News, Culture and NPR for Central & Northern Michigan
Play Live Radio
Next Up:
0:00 0:00
Available On Air Stations
91.7FM Alpena and WCML-TV Channel 6 Alpena are off the air. Click here to learn more.

Bird flu found in Michigan dairy herd

This is the caption.
Monika Kubala
This is the caption.

Avian influenza, also known as bird flu, has been detected in a mid-Michigan dairy herd. It marks the first time the virus has appeared in Michigan cattle.

State officials say the outbreak in Montcalm County likely has origins in Texas, where this herd was transported from. Symptoms include a drop in milk production, reduced food consumption and fevers.

Officials at the U.S. Department of Agriculture said in a news release they’ve also received “presumptive positive” tests in herds in New Mexico, Idaho, Kansas and in Texas.

The Texas Department of State Health Services also reported a human who had direct exposure to dairy cattle was also infected with bird flu. Transmission to humans is extremely rare, but has happened in the past.

Dr. Nora Wineland is Michigan's State Veterinarian. She says research on bird flu in cattle is fairly uncharted territory. “We're still looking into understanding that better so we can give good advice to folks of how to protect their herds from this happening,” Wineland said.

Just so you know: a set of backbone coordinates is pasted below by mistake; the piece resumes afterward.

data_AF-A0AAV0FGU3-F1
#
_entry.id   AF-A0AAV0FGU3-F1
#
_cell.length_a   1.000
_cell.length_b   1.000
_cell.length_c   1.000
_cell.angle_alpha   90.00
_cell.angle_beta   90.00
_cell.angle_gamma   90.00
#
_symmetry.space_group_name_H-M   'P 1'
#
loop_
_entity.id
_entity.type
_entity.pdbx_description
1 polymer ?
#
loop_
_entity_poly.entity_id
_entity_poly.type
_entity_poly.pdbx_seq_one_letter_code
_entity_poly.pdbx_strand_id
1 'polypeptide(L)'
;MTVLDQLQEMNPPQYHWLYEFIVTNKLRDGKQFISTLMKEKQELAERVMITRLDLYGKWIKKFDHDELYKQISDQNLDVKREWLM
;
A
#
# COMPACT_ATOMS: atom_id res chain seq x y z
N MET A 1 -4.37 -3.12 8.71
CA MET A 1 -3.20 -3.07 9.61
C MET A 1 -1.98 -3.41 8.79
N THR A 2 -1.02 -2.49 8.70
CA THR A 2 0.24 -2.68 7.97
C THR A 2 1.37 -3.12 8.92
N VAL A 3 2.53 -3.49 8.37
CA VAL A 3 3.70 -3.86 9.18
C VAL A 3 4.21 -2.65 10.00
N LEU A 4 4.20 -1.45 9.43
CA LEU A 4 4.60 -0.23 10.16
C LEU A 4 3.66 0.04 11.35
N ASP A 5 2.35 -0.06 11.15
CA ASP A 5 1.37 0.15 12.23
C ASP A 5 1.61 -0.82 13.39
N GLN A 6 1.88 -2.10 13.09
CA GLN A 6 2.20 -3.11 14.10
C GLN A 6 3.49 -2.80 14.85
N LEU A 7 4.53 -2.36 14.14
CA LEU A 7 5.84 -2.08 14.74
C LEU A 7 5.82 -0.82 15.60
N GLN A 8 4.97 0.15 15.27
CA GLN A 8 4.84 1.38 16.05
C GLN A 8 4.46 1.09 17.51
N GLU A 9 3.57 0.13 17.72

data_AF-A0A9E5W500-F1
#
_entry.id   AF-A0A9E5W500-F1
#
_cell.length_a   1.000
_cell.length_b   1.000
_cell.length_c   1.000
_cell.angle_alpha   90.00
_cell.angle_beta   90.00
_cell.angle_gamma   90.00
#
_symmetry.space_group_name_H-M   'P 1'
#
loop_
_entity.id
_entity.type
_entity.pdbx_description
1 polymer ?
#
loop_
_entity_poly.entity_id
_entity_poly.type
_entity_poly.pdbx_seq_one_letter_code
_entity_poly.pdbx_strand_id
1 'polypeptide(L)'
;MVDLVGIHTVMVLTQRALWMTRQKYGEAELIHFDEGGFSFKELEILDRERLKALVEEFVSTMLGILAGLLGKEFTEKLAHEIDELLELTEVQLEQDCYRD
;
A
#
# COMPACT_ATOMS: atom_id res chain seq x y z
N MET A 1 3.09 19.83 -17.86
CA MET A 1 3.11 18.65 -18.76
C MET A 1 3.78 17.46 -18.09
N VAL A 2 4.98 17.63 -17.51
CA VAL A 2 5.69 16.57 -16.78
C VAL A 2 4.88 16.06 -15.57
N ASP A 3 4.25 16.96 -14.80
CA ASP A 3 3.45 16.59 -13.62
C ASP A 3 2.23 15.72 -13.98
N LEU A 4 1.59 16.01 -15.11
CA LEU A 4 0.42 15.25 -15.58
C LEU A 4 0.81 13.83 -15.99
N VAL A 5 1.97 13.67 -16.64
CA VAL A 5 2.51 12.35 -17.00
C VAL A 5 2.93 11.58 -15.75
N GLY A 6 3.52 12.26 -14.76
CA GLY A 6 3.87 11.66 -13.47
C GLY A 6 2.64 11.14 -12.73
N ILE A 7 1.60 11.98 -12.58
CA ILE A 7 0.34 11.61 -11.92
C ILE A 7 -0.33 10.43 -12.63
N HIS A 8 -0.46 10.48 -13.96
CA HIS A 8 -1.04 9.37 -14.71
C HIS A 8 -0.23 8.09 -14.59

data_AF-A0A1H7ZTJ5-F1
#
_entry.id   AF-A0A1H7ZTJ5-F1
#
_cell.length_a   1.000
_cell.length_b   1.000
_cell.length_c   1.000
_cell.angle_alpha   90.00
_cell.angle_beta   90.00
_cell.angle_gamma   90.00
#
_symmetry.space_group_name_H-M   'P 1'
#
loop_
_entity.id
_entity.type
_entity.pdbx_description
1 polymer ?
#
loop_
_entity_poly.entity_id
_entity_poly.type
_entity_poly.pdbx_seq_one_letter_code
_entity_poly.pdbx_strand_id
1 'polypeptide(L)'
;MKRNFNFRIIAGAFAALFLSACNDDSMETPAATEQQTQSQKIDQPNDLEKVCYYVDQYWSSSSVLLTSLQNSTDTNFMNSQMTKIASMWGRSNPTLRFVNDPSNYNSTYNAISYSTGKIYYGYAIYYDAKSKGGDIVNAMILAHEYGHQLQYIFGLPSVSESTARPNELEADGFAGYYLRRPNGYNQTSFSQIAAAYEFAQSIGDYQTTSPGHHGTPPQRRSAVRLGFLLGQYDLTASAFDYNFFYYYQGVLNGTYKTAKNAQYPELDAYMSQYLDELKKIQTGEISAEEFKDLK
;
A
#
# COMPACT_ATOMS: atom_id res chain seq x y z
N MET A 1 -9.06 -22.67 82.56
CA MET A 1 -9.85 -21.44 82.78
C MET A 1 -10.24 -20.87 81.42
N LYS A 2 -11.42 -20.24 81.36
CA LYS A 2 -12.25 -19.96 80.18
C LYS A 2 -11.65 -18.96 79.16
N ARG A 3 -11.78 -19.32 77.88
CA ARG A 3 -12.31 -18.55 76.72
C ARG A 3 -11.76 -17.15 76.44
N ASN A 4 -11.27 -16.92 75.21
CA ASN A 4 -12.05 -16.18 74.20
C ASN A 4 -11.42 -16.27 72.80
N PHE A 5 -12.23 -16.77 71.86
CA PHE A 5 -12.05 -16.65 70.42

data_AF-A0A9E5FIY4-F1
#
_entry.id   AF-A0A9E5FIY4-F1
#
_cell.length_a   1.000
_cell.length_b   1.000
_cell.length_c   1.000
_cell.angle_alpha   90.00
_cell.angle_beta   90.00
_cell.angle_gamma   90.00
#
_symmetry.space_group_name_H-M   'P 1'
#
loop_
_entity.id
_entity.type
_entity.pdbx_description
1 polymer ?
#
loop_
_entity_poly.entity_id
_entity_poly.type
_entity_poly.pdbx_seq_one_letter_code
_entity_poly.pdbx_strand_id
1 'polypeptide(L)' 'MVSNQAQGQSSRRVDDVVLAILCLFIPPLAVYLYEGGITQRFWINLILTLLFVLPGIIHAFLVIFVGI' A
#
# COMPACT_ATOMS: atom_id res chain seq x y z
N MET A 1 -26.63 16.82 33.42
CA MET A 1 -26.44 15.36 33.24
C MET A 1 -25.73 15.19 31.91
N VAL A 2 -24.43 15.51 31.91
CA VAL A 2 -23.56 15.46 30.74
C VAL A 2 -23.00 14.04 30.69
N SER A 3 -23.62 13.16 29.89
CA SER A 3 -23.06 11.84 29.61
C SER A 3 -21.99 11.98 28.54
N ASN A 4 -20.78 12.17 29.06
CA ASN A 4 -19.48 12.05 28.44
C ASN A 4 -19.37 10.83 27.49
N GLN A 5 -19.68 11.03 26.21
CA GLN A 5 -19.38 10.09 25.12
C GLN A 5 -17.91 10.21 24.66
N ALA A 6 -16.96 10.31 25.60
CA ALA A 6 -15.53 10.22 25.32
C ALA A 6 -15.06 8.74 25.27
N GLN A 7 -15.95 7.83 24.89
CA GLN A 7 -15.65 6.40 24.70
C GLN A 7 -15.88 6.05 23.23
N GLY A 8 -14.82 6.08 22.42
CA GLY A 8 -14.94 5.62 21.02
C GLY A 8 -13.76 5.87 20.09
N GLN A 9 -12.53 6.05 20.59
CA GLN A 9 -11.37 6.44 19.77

Tests results from the outbreak in Michigan show that transmission of the virus between cattle cannot be ruled out, according to the USDA. Wineland says the risk of avian influenza spreading to humans remains low and that consumers should not be concerned.

“If we have a sick herd, we’re gonna separate sick animals out of that herd so that they’re not gonna pass it along to other animals," said Phil Durst, a cattle expert with Michigan State University Extension. "And then milk is pasteurized and the pasteurization of that milk would kill any pathogens that would be in the milk.”

Durst says cattle producers should isolate animals suspected of carrying the disease for 14 to 21 days and report it to the Michigan Department of Agriculture and Rural Development.

"We have well-trained staff responding to this situation and I have the utmost confidence in our team," said Tim Boring, director of MDARD. "Our highest priorities at MDARD remain protecting our food supply and ensuring animal health. As this situation evolves, we will provide critical updates to producers, industry, and all Michiganders.”

Renae is a newsroom intern covering northwest Lower Michigan for WCMU.